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Post-Floyd Mayweather welterweights need to fight each other

There are no rules in the eras of fashion and music. Anything goes. It’s all individual taste and personal style.

After all, what was the big deal about a few broken ribs and some internal damage just as long as the corset fit back in 1920?

But in sports, we have this insatiable need to bridge one time to another, comparing athletes from then to now.

Take, for example, boxing.

Manny Pacquiao will make a secondary welterweight world title defense against Adrien Broner on Saturday at the MGM Grand Garden Arena, that is if the latter can stay off his phone long enough to try to prove wrong the odds that have him a plus 250 underdog.

Broner spent most of Wednesday’s final news conference staring at a smartphone screen, eventually offering a few profanity-laced tirades, first directed at the promotion itself and then Hall of Fame broadcaster Al Bernstein.

That was before Broner aimed racial stereotype remarks at supporters of Pacquiao.

Broner calls himself “The Problem.”

Here’s the real one: He’s a disgrace.

I’m not sure the fight needs any such level of vulgarity to inspire the masses to attend (tickets still available) or pay to watch, given this has the makings of a decent match but certainly not one fans of the welterweight division want most to see.

Broner acting like a fool isn’t going to push any extra buttons of interest, and yet some believe his antics might be the one thing that sells the fight beyond a level most forecast.

We have — until he proves otherwise by coming out of retirement and fighting someone other than a Japanese kickboxer in some farce of an exhibition — entered a post-Floyd Mayweather period for the 147-pound class.

Pacquiao is 40 and can’t have but a few fights left in his Hall of Fame career. We once had Oscar De La Hoya and Fernando Vargas and Felix Trinidad. We had Sugar Ray Leonard and Thomas Hearns and Roberto Duran. We had Mayweather and (still) Pacquiao. Come on. Sugar Ray Robinson, for goodness sake.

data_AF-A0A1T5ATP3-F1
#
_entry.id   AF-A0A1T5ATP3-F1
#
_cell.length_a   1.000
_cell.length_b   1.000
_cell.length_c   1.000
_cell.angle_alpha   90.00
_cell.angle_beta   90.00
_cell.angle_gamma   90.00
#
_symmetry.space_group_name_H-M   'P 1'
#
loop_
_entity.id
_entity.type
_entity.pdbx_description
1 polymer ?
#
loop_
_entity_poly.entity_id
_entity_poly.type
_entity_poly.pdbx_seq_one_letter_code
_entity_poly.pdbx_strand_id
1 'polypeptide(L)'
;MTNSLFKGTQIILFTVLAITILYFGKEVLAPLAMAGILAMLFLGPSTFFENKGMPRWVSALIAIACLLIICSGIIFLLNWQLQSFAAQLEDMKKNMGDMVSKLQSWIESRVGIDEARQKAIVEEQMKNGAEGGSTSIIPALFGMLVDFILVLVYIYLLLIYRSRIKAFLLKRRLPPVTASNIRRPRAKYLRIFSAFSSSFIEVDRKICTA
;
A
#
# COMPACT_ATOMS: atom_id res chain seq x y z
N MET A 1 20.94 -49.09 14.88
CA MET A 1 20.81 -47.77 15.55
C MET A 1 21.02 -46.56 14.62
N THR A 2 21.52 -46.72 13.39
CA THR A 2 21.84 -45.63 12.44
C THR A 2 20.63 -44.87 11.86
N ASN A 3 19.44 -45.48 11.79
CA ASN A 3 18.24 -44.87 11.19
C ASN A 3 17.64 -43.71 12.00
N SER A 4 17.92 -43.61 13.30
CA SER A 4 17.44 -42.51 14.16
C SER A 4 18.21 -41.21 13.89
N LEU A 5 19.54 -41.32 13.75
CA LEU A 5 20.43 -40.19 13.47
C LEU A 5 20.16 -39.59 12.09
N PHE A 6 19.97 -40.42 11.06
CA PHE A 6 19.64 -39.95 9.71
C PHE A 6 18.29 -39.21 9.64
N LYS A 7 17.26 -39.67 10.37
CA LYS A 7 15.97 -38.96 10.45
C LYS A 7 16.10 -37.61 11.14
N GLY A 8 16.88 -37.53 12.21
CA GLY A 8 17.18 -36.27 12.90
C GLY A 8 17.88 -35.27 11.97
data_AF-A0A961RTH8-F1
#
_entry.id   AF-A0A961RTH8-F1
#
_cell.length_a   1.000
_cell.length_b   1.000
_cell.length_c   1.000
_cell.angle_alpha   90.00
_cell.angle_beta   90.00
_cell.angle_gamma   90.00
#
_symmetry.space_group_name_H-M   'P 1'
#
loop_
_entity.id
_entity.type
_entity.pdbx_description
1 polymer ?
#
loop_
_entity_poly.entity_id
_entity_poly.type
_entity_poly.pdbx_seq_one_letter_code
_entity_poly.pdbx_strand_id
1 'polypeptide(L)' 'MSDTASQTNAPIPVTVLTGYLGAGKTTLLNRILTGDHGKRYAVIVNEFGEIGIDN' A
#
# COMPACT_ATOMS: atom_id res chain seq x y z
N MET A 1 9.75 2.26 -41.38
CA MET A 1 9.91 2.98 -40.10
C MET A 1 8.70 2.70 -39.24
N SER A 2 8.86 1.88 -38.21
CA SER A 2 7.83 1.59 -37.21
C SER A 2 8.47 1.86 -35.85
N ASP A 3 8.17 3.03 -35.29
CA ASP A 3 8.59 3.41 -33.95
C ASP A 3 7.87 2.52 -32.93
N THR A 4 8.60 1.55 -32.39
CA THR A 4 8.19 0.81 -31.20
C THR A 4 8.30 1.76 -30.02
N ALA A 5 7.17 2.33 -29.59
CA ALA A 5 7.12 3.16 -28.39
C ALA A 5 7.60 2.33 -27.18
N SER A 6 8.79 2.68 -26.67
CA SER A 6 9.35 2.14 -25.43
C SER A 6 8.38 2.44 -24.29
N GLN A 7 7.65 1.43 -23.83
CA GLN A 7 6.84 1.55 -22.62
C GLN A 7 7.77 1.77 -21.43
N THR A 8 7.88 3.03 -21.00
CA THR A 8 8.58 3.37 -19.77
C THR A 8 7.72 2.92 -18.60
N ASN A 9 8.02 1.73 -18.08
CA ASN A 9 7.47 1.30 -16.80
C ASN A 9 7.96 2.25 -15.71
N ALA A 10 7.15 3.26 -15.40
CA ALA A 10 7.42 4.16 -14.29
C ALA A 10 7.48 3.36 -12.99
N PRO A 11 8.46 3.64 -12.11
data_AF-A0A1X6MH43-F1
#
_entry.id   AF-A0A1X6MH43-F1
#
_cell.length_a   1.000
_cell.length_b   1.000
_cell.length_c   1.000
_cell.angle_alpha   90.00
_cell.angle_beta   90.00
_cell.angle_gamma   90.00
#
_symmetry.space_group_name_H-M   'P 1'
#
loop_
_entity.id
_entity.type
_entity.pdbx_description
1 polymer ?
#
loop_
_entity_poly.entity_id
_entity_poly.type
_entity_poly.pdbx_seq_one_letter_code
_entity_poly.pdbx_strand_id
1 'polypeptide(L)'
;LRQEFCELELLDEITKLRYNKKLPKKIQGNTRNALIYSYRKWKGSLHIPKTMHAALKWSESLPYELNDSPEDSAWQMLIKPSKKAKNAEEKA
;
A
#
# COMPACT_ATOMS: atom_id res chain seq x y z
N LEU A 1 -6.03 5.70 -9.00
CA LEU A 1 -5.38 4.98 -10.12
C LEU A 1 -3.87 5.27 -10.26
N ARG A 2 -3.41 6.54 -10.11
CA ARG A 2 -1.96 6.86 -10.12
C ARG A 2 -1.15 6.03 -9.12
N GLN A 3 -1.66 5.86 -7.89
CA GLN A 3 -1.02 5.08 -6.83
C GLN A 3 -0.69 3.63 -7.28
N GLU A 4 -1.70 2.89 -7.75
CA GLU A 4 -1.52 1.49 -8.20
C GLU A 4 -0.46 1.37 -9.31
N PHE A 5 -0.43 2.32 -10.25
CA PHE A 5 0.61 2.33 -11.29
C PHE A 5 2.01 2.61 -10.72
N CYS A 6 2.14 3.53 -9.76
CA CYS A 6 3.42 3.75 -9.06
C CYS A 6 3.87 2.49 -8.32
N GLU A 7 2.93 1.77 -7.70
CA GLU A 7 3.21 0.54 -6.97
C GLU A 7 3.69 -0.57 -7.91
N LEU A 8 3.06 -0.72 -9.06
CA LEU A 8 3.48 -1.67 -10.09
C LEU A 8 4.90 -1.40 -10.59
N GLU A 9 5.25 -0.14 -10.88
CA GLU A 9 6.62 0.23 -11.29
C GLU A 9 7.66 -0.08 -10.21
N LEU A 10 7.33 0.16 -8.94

SHORT DESCRIPTION (Las Vegas Review-Journal)

But now arrives another period of transition, and how names such as Keith Thurman and Terence Crawford and Errol Spence Jr. and Danny Garcia and Shawn Porter ultimately paint the picture of the welterweight division in the absence of Mayweather and soon Pacquiao is a bigger mystery than if Broner can string together consecutive sentences without swearing.

“There are a lot of good 147-pounders out there who make it a good division right now,” said Hall of Fame trainer Freddie Roach, who returns to Pacquiao’s corner Saturday after a brief split. “But the biggest problem hasn’t changed: The great ones never fight each other.

“Bob Arum and Don King hated each other as promoters, but they still did business together. Crawford (managed by Arum) should fight Spence (managed by Al Haymon). The winner would be the best fighter in the world. But it might never happen. A guy like Spence needs more television time. People outside boxing have no idea who he is. They probably ask what sport he’s in.”

It’s ironic. There never has been more platforms on which to watch boxing, but as the American market has become oversaturated with sporting options, the all-too-familiar hurdle of too many sanctioning bodies and belts and world titles and champions make it almost impossible for mainstream fans to passionately embrace the sport as they do others.

It could be this simple: Haymon needs to step up.

Many of the division’s top fighters are represented by his Premier Boxing Champions company, and with a new four-year, multiplatform agreement with Fox, those prime-time events should begin with having the best welterweights oppose one another.

Fox cares about a return on its investment with strong ratings, yes?

Also, history is pretty clear: When this division is getting after it with great fights, there is nothing better to entice dollars from fans.

“I’m not sure about where the pecking order is with the welterweights now, just that we want to see them fight,” Bernstein said. “They’re capable of creating another generation of great fighters in the division. It doesn’t matter that they’re not as good as previous generations. They’re probably not. But in their own way, they can deliver some incredible moments.”

Let’s hope it’s against each other.

More boxing: Follow at reviewjournal.com/boxing and @RJ_Sports on Twitter.

Contact columnist Ed Graney at egraney@reviewjournal.com or 702-383-4618. He can be heard on “The Press Box,” ESPN Radio 100.9 FM and 1100 AM, from 7 a.m. to 10 a.m. Monday through Friday. Follow @edgraney on Twitter.

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